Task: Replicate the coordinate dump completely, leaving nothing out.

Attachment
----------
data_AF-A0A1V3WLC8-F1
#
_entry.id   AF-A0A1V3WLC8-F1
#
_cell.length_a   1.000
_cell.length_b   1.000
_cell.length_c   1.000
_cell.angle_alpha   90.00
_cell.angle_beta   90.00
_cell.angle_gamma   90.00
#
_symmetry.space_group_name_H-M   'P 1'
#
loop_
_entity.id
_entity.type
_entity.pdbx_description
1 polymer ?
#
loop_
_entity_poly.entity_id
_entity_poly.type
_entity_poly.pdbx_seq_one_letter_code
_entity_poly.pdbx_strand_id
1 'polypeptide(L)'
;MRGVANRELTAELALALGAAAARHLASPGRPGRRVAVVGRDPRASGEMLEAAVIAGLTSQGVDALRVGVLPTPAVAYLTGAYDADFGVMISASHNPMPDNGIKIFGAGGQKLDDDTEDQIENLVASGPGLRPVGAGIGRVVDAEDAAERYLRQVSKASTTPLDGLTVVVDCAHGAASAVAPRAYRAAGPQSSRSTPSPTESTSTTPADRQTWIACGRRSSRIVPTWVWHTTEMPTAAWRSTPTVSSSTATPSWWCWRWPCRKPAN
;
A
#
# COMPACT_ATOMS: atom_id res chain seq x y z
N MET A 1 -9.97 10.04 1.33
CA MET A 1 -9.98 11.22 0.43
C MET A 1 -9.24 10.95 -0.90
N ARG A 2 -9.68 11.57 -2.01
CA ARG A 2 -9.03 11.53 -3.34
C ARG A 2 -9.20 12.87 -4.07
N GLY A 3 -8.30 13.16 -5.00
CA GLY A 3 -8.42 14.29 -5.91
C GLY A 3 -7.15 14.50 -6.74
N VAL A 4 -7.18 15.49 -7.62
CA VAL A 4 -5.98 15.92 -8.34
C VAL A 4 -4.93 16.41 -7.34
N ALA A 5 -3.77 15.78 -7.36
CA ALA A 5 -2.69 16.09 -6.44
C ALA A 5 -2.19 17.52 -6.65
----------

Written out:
data_AF-A0A1V3WLC8-F1
#
_entry.id   AF-A0A1V3WLC8-F1
#
_cell.length_a   1.000
_cell.length_b   1.000
_cell.length_c   1.000
_cell.angle_alpha   90.00
_cell.angle_beta   90.00
_cell.angle_gamma   90.00
#
_symmetry.space_group_name_H-M   'P 1'
#
loop_
_entity.id
_entity.type
_entity.pdbx_description
1 polymer ?
#
loop_
_entity_poly.entity_id
_entity_poly.type
_entity_poly.pdbx_seq_one_letter_code
_entity_poly.pdbx_strand_id
1 'polypeptide(L)'
;MRGVANRELTAELALALGAAAARHLASPGRPGRRVAVVGRDPRASGEMLEAAVIAGLTSQGVDALRVGVLPTPAVAYLTGAYDADFGVMISASHNPMPDNGIKIFGAGGQKLDDDTEDQIENLVASGPGLRPVGAGIGRVVDAEDAAERYLRQVSKASTTPLDGLTVVVDCAHGAASAVAPRAYRAAGPQSSRSTPSPTESTSTTPADRQTWIACGRRSSRIVPTWVWHTTEMPTAAWRSTPTVSSSTATPSWWCWRWPCRKPAN
;
A
#
# COMPACT_ATOMS: atom_id res chain seq x y z
N MET A 1 -9.97 10.04 1.33
CA MET A 1 -9.98 11.22 0.43
C MET A 1 -9.24 10.95 -0.90
N ARG A 2 -9.68 11.57 -2.01
CA ARG A 2 -9.03 11.53 -3.34
C ARG A 2 -9.20 12.87 -4.07
N GLY A 3 -8.30 13.16 -5.00
CA GLY A 3 -8.42 14.29 -5.91
C GLY A 3 -7.15 14.50 -6.74
N VAL A 4 -7.18 15.49 -7.62
CA VAL A 4 -5.98 15.92 -8.34
C VAL A 4 -4.93 16.41 -7.34
N ALA A 5 -3.77 15.78 -7.36
CA ALA A 5 -2.69 16.09 -6.44
C ALA A 5 -2.19 17.52 -6.65